October 24, 1997
By Wayne Gustaveson

Air and water temperatures continued a slow cooling trend with no drastic changes to the fishing pattern expected until the end of the month. Striped bass are found about half way back in the canyons where water depth is 80-100 feet. Stripers laying on the bottom at this depth are hard to catch but once excited into activity the whole school is vulnerable. Typically, catching one fish causes the others to rise off the bottom and cruise the 30-60 foot strata in search of food. One really important point to remember is that striper schools this time of year are extremely structure and depth oriented. That means to catch the second fish in a spot the bait must be placed almost exactly where the first one took it. At the first hookup pay strict attention to surrounding land features and try to triangulate the spot to allow you to return to the exact location again. Then put the bait at the same depth.

For example, last Monday and Tuesday I found striper schools at a couple of locations in Gunsight Canyon and Castle Rock on the Warm Creek side. Strong 4-8 pound fish could be taken every time we drifted over the school which never moved laterally. They moved up and down in the water column but were always within 20 feet of the same bottom structure. Every time we drifted over "the spot" we caught 1-3 fish. We unhooked fish, put them on ice and then turned the boat around for another drift and repeated the process. We caught over 50 adult stripers each day.

Some of you sharper types reading this would probably ask why I didn't just anchor over the fish? The answer is that I didn't have an anchor but it is probably a good idea to have one along when fish are behaving as they are now. But, I like to keep moving and will probably keep drifting instead of anchoring while fishing.

Anchovies are definitely the most productive bait in the majority of the lake. I tried spoons on both schools but caught fish only on anchovies. Chumming helped, but finding fish was more important. Chumming on a spot without fish was useless but chumming over a stationary school increased catch rate. Electronics really helped in the search for stripers. First, locate schools of fish on the graph at 60-80 feet and then put the bait in the water. I used 1/3 anchovy with a quarter ounce weight when fish were suspended in the water column and a one ounce weight when fish were hugging the bottom at 80 feet. Fish at both locations quit feeding mid day. We returned to the same spot later in the afternoon and found fish actively hitting anchovies.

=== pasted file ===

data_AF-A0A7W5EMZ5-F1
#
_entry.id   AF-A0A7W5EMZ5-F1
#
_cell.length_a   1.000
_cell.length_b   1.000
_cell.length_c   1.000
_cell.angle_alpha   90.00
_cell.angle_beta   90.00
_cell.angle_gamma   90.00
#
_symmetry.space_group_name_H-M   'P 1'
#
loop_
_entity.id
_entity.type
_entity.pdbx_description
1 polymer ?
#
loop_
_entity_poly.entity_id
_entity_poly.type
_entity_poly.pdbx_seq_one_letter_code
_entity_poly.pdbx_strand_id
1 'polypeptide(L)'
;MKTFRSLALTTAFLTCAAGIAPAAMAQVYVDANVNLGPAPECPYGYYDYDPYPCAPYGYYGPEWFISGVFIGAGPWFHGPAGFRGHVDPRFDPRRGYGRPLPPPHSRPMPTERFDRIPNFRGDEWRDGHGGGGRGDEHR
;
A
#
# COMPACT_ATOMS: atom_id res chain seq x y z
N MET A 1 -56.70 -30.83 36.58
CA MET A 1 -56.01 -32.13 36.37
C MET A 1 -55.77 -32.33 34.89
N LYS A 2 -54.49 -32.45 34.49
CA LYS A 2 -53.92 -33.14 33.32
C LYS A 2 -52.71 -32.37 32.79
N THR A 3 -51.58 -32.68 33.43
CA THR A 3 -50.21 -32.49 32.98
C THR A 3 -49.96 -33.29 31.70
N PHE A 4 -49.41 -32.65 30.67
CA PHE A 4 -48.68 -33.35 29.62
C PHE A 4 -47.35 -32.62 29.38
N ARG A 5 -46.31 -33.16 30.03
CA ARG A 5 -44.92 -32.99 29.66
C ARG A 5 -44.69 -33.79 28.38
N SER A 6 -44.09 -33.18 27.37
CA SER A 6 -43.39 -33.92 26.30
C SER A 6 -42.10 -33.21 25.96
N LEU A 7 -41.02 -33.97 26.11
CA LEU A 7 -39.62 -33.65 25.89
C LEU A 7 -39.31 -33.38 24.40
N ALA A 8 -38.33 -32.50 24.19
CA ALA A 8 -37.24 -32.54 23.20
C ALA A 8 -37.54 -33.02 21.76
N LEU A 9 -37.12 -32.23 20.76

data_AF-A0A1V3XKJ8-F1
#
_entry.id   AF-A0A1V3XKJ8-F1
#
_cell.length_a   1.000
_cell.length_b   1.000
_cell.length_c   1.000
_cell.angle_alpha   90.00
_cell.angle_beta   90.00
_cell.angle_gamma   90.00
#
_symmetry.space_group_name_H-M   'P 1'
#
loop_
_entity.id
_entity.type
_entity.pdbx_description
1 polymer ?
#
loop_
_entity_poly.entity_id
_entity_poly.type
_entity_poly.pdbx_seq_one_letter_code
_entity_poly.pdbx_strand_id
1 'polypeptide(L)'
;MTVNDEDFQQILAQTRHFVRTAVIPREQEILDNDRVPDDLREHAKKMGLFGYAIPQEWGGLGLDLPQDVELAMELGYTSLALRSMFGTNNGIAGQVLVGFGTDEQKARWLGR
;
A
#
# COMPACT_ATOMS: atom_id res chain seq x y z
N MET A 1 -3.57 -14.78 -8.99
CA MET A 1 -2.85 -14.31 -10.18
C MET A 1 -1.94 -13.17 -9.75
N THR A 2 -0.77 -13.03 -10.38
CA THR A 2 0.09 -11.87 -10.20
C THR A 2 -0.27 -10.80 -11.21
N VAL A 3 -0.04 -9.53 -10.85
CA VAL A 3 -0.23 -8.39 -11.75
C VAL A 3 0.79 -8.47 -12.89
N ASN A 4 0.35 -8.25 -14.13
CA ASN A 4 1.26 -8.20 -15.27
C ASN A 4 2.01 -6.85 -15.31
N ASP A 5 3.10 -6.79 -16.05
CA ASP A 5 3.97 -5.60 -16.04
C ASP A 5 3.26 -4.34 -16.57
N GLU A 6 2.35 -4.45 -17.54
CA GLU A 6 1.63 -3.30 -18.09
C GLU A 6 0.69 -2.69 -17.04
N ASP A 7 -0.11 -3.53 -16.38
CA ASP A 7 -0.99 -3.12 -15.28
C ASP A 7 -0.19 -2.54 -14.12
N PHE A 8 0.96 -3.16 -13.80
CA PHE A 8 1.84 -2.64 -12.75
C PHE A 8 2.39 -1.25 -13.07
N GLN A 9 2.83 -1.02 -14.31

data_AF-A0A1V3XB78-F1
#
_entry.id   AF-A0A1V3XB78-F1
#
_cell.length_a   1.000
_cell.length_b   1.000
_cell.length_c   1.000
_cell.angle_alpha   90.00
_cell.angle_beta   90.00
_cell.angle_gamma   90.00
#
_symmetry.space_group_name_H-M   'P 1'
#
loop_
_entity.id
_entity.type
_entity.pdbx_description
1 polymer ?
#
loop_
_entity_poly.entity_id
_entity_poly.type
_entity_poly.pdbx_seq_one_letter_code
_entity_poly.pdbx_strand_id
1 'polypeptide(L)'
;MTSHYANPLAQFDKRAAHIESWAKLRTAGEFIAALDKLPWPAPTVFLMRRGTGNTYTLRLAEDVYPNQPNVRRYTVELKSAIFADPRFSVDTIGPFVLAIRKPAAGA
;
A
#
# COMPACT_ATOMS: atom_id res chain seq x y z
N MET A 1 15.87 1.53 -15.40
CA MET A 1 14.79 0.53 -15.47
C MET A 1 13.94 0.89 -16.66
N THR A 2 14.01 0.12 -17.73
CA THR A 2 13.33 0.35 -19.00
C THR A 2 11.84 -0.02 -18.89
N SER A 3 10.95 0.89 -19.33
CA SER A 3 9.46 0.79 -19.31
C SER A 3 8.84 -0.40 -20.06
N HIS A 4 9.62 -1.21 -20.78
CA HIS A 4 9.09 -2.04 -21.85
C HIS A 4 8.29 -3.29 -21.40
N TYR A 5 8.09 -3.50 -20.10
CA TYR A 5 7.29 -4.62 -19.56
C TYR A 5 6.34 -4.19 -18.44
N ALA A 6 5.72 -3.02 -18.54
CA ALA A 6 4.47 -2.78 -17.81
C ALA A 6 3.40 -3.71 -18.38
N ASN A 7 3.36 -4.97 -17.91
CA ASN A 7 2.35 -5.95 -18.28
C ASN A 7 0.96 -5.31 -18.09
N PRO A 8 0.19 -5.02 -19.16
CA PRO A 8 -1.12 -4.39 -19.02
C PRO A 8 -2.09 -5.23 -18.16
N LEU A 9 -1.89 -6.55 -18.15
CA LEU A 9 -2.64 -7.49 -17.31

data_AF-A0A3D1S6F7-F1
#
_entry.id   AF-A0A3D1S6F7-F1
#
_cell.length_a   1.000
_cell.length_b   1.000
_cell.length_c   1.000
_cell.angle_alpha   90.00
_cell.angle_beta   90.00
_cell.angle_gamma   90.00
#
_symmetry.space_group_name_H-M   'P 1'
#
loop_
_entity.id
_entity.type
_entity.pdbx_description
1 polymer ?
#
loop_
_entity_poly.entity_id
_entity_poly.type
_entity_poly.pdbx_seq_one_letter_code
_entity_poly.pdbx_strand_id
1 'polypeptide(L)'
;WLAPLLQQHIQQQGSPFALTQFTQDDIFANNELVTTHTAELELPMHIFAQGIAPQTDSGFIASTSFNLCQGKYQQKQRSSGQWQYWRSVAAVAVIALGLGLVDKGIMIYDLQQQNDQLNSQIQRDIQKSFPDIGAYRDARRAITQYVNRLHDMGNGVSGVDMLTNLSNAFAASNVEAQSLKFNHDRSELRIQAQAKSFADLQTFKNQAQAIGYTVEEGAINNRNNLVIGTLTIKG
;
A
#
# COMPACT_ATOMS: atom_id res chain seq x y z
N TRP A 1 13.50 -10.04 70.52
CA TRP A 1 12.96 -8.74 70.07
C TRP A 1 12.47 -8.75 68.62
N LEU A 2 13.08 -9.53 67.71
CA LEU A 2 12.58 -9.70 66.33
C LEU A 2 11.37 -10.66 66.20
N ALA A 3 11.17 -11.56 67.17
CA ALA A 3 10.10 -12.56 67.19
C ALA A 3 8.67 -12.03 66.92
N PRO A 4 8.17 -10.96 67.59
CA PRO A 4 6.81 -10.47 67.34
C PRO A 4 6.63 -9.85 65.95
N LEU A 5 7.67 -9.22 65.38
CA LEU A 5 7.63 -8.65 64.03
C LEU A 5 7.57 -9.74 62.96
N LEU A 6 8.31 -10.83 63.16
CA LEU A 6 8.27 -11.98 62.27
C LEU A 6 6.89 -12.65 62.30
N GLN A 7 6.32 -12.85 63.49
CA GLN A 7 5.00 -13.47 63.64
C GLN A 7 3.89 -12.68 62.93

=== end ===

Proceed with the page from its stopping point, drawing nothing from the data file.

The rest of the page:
A recent report from Blue Notch/Red Canyon finds fishing success slower probably due to recent fishing pressure generated from this report. There were a lot of boats fishing the area. I recommend giving the patterns mentioned in this report first priority and realizing that locations given have probably been visited by many anglers before you. Try the spots, but move on quickly if no fish are found. Use the techniques at other spots to find your own school of fish.

A suggestion from a successful returning angler was to continue fishing jigging spoons at Good Hope Bay but to lower the spoon to the bottom and then retrieve in rapidly to the surface. Stripers would hit as the lure was about half way back to the boat. Normal jigging on the bottom and in the water column was unproductive. I have other reports of anglers jigging sinking crankbaits, like spots or rattletraps, by sinking the lure to the bottom and ripping it up and then letting it fall again. Jigs were still better than anchovies at Good Hope due to the shad that still remain in the area.

The full moon slowed fishing last week but it is getting better again now with dark nights. Expect good fishing in Gunsight, Last Chance, Rincon, Halls Creek, Escalante, San Juan, and Good Hope Bay.